• Following the release of its results earlier this morning, the Restaurant Group hosted a meeting for analysts and our comments are set out below:
• The evolving problem:
• Group says Frankie & Bennies has been losing share since 2013. It had put prices up but lost customers. Cover volumes were well down. Menu development was untested & the operation was losing customers
• Chiquitos was losing customers & its strategic positioning was unclear
• Coast to Coast was clearly a disaster. Despite its recent launch, it was seeing ‘extreme declines in LfL sales.’
• Pubs & concessions were (and are) performing well.
• The current situation & future development:
• The group accepts that it needs to cut prices & market more. This will cost money. Costs will be immediate but benefits could be H2 or FY18.
• The mechanics are that lower prices, even if they result in higher footfall, will put a drag on LfL sales.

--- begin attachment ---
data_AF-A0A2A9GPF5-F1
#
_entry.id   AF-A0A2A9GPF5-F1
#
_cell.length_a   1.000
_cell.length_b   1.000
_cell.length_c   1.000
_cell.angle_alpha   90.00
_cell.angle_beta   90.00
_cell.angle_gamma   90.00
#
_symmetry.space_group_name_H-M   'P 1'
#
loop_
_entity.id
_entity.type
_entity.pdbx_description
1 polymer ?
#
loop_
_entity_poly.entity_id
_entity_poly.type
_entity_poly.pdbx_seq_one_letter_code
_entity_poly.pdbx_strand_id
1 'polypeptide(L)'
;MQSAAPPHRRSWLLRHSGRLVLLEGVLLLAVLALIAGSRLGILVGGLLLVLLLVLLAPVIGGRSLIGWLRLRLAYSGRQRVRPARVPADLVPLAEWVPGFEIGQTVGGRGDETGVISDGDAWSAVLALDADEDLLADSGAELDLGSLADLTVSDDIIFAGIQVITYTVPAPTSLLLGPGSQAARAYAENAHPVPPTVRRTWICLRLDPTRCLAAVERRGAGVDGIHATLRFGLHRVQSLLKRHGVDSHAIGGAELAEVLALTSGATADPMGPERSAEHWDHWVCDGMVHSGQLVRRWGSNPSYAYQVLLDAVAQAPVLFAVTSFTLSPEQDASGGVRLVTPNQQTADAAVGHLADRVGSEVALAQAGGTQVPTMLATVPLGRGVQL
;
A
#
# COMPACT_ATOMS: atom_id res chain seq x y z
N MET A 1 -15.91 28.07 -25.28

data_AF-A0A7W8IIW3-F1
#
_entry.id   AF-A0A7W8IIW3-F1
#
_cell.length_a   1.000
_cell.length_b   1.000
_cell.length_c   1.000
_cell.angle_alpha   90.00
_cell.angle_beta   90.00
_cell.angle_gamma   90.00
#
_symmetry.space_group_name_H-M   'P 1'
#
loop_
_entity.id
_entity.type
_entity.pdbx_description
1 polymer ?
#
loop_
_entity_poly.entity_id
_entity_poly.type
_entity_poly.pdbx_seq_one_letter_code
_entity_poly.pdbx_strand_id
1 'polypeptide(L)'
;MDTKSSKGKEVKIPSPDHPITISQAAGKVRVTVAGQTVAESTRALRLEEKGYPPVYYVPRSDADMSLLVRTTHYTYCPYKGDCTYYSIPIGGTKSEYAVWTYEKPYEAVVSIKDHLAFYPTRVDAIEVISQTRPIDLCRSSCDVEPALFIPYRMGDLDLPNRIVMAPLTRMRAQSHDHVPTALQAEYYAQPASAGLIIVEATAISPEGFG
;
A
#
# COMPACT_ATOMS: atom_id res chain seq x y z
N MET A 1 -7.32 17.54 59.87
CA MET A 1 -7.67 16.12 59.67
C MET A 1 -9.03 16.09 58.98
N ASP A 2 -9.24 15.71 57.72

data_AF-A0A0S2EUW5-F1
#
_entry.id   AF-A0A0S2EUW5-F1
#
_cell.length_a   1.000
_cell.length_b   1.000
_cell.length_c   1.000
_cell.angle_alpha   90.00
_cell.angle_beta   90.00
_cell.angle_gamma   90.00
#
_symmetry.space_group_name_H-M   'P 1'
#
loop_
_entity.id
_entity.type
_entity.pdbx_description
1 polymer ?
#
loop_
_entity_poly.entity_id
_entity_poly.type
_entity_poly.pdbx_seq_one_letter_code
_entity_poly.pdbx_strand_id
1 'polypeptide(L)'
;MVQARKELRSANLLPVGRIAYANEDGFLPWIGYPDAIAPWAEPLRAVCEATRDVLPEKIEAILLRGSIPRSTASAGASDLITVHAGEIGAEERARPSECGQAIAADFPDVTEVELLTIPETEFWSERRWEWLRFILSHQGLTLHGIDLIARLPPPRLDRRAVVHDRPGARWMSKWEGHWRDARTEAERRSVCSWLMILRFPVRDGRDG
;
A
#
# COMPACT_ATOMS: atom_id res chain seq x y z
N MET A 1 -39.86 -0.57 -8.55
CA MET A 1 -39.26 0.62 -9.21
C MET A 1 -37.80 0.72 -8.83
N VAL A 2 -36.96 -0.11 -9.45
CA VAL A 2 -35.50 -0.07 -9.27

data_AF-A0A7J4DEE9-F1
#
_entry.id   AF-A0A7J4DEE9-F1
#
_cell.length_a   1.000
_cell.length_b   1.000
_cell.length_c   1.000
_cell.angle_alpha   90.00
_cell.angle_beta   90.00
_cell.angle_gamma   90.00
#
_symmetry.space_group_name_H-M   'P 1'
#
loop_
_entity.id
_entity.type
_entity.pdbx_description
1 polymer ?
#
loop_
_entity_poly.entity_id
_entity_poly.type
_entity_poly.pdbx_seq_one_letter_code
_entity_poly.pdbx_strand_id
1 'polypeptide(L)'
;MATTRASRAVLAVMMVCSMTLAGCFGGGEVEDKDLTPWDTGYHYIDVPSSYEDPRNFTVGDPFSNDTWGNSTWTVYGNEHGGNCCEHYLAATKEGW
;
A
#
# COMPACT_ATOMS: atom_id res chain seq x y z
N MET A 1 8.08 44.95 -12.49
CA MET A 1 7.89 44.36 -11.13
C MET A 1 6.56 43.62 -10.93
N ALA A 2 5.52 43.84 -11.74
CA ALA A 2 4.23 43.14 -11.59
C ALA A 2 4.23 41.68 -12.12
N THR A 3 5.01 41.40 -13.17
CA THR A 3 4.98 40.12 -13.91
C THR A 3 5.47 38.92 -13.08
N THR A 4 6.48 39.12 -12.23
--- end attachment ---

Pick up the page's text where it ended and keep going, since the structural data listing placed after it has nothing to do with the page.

• RTN has shut 41 units but has only disposed of 4. This has resulted in additional provisions. Profits are sheltered but closed units cost money. Both rent and, ultimately, rates & insurance will be payable.
• RTN is facing industry-wide cost headwinds in 2017. It believes these will add between £16m and £19m to costs.
• When you’re in a hole, stop digging. So far, so good. Broadly speaking. The dividend, which we believe should have been cut, has been maintained.
• This will ‘remain under review’. That’s practical and understandable but may not be what shareholders wish to hear.